Last week, after a little brainstorming on the aesthetic and style of the moss shoe, I followed my teachers advise to get a pair of Birkenstocks and try to latch moss onto those. I ordered some pairs of shoes online (luckily found cheap offers) so I had to wait for a few days. Until I waited for the shoes, I talked to many moss/nature enthusiast and did research on possible solutions. From those discussions, it turns out that moss needs a rather smooth surface to latch onto, such as rock moss does with rocks, or the soil has to be an even large piece, (at least as big as the moss piece itself). Also, a lot of the moss that comes from stores, if moss is disconnected, the roots die. To de-attach the moss, it would take weeks, if not months. Which is time I do not have right now until the final. By not wanting to be discouraged and still wanting to play around with this idea, I still decided to make some prototypes/tryouts. From those I have already determined the type of moss that should be used and some other pointers.
With the white Birkenstocks I created a grid from fishing line, that I attached to the sole with hot glue. Then I weaved Green Moss through the grid. Aesthetically I really liked the look, I think the colors and the look is something I am aspiring for (even though I would not do the straps like Birkenstocks, maybe).
Walking on this moss was fun, but at the same time not the best. The Green Moss, although with a beautiful color, is without roots so it is pretty flakey. Although the majority of it stuck really well to the shoe, there would be an almost invisible trail of green moss flakes left behind. It also gave color to my feet as my feet would moist the moss. The preserved green moss is slightly artificially tinted. Otherwise I thought it was fun, I could feel a little of the fishing line, but I wasn’t bothered by it as much as the flakey little parts of the moss. The feeling of the moss is very pleasing, therapeutic and grounding.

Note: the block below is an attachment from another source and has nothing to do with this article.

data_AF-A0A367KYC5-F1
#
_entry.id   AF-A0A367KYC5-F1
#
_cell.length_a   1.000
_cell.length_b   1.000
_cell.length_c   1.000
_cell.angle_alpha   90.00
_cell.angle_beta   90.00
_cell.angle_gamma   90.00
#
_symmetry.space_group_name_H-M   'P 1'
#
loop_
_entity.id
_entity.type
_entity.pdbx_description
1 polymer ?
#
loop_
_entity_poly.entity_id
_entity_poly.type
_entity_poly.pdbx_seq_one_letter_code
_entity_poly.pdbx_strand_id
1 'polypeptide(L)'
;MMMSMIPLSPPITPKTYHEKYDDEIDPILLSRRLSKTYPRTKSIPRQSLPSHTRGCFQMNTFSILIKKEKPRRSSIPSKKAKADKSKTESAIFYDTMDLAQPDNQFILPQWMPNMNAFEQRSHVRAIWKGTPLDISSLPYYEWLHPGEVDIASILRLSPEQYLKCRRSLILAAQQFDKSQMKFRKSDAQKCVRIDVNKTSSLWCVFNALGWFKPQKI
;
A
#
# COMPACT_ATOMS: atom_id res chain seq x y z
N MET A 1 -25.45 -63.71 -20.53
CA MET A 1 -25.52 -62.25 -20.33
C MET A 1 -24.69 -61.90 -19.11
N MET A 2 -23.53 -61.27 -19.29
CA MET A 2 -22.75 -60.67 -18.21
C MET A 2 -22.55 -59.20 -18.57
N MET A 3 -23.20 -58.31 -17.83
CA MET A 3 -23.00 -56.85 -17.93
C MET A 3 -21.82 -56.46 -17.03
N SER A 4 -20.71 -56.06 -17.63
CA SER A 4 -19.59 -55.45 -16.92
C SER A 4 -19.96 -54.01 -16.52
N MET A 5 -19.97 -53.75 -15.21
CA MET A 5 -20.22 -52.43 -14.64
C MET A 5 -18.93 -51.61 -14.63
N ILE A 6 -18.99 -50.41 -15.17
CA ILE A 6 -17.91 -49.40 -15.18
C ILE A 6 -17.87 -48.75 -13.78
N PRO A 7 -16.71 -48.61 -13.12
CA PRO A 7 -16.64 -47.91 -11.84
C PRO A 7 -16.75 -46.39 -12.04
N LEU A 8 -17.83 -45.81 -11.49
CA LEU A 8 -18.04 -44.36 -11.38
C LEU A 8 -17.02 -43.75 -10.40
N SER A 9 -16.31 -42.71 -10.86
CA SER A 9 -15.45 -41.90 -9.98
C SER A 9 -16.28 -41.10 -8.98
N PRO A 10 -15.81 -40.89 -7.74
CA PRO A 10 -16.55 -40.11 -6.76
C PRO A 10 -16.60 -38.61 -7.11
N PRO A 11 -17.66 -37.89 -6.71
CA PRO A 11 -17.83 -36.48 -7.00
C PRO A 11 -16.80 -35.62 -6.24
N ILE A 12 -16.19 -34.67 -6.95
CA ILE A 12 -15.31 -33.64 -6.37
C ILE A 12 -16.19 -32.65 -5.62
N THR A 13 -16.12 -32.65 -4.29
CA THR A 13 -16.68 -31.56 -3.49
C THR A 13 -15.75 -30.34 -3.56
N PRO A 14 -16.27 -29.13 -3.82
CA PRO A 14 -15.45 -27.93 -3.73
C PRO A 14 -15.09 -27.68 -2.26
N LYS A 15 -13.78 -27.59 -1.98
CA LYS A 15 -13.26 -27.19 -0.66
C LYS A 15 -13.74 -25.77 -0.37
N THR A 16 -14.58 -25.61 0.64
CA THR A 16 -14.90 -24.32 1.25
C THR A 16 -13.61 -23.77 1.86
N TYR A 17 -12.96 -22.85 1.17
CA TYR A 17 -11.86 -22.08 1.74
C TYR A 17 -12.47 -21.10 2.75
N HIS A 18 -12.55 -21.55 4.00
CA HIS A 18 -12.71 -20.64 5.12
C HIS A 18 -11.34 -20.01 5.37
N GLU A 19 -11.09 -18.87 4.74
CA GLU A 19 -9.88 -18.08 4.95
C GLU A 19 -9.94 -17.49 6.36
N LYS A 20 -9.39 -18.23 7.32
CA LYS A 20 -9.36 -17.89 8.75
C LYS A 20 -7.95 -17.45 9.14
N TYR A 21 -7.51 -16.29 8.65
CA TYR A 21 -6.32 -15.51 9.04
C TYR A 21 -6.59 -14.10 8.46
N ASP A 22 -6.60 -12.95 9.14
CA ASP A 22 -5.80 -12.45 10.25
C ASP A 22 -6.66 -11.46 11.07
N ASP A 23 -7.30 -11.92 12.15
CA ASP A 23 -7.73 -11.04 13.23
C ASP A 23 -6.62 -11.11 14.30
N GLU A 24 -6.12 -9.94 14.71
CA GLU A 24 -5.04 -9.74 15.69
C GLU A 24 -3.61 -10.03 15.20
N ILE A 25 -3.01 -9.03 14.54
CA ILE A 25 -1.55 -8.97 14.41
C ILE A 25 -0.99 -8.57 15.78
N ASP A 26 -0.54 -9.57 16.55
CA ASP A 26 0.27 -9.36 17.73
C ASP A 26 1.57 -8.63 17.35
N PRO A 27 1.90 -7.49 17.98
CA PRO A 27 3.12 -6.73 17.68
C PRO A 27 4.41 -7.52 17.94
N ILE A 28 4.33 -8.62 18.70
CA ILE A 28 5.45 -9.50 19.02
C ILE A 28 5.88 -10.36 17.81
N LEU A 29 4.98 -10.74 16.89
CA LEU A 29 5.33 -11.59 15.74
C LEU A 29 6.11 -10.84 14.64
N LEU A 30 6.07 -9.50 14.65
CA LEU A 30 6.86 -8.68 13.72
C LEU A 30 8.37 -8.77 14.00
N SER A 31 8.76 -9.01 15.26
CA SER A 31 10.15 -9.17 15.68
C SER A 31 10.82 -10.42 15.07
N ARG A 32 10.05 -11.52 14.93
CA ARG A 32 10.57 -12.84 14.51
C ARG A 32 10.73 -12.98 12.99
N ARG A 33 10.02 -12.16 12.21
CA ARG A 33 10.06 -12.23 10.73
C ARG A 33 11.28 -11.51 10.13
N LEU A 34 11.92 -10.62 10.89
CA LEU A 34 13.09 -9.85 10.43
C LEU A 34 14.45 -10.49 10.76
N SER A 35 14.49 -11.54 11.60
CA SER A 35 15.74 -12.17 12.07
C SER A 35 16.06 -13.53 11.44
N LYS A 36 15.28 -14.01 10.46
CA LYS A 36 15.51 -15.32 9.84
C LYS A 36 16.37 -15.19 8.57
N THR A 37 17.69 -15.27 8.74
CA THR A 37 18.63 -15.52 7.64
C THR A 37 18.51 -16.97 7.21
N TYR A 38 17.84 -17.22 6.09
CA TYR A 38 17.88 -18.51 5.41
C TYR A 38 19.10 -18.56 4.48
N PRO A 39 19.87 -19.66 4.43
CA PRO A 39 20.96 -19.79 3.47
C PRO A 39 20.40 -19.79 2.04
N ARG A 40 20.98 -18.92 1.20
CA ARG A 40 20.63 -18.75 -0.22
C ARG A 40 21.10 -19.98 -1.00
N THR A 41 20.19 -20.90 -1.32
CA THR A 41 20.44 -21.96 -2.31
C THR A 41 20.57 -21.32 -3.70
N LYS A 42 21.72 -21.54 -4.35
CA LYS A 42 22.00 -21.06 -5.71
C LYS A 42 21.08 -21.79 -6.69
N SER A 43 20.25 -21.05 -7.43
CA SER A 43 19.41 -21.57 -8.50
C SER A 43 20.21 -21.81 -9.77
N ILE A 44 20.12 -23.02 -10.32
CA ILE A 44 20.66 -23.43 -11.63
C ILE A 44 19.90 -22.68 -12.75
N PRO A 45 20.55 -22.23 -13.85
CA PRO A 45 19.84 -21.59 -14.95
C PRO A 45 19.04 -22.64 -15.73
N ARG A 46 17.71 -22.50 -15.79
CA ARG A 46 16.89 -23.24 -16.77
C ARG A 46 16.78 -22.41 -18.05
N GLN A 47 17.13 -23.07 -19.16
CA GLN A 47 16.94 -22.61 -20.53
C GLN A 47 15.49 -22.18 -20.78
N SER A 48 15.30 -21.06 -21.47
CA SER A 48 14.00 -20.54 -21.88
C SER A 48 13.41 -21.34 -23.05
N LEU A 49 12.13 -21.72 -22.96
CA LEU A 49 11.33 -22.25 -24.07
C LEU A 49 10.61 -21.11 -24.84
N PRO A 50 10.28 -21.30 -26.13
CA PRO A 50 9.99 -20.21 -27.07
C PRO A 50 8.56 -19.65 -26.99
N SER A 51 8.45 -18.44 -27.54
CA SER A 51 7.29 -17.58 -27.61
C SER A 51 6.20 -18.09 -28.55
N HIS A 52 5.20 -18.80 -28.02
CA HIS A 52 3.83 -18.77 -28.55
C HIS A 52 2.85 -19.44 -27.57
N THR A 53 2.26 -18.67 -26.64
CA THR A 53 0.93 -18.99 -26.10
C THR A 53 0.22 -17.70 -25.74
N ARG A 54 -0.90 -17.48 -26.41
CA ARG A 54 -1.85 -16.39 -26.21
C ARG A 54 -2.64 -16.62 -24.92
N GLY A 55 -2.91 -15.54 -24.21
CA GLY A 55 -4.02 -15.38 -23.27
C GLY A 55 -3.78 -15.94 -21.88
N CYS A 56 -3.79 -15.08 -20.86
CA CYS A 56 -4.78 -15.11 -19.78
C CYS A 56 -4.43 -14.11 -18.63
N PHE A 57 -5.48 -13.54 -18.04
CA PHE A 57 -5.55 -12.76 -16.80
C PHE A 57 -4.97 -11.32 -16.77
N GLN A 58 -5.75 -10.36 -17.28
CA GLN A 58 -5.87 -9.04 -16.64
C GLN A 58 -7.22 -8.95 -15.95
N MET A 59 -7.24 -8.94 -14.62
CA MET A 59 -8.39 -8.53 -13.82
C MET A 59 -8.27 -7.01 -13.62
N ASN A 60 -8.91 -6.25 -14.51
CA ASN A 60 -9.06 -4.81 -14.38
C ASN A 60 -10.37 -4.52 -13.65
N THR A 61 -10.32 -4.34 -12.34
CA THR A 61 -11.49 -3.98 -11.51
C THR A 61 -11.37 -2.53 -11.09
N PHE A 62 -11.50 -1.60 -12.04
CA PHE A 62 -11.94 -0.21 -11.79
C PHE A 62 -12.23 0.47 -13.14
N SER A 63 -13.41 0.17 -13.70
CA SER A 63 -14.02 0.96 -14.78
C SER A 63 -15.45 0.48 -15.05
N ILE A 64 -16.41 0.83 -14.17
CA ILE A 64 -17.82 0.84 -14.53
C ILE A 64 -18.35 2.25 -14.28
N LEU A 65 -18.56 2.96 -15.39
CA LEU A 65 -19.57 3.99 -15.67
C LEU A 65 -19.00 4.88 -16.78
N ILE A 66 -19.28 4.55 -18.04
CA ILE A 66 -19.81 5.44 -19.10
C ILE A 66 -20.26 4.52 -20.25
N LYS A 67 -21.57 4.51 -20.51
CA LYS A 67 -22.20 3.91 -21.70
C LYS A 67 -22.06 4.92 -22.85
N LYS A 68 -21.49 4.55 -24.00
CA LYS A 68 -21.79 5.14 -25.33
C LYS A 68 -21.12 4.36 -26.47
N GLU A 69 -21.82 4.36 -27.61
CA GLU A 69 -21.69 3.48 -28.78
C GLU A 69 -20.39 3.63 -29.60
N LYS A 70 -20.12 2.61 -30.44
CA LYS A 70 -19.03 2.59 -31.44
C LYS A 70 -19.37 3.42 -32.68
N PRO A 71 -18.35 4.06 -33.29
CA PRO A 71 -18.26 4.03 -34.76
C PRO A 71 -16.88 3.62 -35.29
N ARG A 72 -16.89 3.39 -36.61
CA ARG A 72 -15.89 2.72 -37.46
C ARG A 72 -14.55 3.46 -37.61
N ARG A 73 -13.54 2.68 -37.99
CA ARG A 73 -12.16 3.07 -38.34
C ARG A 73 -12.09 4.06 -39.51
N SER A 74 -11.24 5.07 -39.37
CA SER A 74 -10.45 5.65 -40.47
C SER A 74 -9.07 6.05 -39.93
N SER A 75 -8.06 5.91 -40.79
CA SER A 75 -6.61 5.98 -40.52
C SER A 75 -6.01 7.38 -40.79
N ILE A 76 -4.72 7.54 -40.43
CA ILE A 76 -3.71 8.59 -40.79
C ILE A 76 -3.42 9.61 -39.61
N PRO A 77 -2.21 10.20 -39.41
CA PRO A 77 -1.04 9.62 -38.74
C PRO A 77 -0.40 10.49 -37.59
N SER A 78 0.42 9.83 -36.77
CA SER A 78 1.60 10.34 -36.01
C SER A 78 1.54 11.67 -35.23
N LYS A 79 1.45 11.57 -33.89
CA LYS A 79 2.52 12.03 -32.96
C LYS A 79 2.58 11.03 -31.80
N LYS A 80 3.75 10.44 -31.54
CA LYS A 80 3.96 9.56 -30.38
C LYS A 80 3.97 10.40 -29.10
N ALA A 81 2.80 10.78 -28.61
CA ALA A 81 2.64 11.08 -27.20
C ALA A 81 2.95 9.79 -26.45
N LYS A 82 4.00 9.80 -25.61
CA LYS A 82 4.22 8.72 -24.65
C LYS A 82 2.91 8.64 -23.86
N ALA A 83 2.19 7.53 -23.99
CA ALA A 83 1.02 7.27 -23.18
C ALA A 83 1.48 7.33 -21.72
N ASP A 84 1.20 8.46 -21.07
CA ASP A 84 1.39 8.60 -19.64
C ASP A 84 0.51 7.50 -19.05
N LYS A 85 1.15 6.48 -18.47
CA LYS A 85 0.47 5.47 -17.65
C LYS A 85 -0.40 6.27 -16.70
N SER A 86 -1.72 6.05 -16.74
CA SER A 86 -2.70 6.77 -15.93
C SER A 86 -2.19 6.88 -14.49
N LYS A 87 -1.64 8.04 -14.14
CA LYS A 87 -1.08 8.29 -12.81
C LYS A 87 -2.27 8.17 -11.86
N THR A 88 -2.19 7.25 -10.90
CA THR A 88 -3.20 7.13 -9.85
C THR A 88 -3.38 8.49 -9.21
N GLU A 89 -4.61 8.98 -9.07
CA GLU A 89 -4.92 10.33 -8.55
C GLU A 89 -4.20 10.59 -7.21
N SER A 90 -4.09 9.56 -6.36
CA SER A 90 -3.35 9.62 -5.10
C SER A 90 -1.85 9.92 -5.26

As the moss was flakey, I wanted to try a different type of moss. Which is Sheet Moss. It comes in layers and has dried roots underneath. Sheet Moss is what the Terrarium shopman also recommended. This time I also put soil at the bottom of the sole (i only did one shoe, to leave the other for further testing). The soil I used, was moist, so it packed into the shoe really well. I read online that rock moss is sometimes transferred from one rock to other by using glue until it latches on (which takes months 🙁 ). So i a glued the moss onto the soil, just for attachment until it maybe latches onto it. Until now it hasn’t latched on. Because the soil was moist, everything sticks in the shoe well and I enjoyed walking on this moss a lot more than the other one as it does not flake. Also this moss has a crispy sound effect to it. The feeling is again pleasing, connective to nature and grounding. I am able to turn the shoe upside down without anything coming out. But that is because of the soil being moist still. Maybe in a few days, when it dries more, it would fall out ? Or the moss would keep it in put ? Maybe put fishing line over it so it doesn’t fall out?